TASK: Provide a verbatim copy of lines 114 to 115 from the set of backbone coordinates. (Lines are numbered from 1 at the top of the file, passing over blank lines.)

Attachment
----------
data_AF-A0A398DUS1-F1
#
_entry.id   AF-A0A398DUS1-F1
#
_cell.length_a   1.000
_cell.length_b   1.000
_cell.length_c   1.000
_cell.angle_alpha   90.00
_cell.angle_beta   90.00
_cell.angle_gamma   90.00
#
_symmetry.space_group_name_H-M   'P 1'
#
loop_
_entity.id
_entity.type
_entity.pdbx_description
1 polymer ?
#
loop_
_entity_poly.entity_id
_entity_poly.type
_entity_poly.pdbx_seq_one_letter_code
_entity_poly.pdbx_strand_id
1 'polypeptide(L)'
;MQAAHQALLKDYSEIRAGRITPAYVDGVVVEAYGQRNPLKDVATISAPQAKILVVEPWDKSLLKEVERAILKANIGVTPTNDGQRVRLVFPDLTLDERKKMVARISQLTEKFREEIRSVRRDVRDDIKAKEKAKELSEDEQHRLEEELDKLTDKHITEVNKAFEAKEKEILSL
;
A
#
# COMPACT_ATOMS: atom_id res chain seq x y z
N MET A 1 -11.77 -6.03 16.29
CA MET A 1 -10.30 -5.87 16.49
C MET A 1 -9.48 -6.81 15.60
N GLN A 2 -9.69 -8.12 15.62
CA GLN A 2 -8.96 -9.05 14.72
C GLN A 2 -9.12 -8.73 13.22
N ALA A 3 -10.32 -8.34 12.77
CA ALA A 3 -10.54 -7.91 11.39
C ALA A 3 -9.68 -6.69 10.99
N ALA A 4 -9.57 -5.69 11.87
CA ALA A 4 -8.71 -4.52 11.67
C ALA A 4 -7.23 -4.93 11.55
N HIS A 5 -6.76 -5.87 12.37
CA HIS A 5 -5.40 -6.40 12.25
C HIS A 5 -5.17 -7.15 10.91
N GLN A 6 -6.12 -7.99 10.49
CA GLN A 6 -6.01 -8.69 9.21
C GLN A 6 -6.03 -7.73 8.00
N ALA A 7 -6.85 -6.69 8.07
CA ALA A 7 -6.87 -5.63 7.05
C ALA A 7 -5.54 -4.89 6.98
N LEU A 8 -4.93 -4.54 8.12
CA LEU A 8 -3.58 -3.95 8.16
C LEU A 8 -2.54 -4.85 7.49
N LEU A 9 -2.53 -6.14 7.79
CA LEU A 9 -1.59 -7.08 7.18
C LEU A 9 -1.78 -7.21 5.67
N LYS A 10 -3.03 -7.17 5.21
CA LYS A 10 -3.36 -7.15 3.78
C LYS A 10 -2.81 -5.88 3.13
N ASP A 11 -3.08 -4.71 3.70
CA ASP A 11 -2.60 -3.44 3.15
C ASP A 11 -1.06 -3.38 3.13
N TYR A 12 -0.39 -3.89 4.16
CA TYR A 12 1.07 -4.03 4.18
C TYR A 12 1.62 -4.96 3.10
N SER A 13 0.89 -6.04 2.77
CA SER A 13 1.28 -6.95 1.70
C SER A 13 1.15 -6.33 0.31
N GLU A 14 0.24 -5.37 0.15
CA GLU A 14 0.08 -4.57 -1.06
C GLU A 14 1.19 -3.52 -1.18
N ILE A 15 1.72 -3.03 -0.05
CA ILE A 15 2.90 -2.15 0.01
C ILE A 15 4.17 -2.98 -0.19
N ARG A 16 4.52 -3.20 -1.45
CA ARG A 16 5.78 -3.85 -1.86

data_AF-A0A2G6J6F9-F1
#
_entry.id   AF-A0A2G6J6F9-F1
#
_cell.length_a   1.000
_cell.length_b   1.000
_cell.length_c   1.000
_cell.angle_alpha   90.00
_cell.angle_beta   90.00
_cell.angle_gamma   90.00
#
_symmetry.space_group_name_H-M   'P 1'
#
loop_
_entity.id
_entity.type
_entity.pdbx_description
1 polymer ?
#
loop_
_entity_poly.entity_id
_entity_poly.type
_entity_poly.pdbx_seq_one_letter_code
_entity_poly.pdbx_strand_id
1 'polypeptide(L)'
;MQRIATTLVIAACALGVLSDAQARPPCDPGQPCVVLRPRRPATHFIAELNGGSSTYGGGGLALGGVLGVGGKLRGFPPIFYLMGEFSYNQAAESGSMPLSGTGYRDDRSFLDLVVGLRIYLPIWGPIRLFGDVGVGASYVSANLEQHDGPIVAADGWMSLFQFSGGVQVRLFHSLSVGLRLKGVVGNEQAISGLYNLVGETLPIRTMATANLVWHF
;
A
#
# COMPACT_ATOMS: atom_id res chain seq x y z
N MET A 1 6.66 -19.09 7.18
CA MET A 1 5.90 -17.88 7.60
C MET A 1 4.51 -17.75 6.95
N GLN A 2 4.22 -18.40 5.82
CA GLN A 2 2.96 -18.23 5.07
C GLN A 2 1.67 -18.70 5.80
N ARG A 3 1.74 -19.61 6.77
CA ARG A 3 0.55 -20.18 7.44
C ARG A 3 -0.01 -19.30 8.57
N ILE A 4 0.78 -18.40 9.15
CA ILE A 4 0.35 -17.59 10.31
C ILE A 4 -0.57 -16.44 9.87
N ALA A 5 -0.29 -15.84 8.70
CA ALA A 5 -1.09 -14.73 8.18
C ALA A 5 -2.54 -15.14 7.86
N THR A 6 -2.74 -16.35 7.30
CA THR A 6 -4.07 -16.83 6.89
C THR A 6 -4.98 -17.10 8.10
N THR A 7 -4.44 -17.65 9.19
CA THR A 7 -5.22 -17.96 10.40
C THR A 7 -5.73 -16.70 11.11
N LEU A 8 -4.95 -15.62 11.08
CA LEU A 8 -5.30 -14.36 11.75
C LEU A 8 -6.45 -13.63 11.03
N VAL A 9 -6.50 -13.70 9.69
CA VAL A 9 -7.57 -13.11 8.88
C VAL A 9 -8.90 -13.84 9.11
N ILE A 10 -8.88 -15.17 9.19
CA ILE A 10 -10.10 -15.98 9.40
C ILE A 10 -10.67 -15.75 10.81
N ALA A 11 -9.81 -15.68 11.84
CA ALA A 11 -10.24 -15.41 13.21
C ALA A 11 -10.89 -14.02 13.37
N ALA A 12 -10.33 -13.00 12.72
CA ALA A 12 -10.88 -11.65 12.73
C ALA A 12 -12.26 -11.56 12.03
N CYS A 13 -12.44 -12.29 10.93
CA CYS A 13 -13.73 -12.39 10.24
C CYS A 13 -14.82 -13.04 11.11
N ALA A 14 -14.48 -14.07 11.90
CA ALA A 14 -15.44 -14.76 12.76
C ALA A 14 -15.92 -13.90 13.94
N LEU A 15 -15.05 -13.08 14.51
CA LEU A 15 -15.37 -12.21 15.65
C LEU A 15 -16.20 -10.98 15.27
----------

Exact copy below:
N ARG A 3 1.74 -19.61 6.77
CA ARG A 3 0.55 -20.18 7.44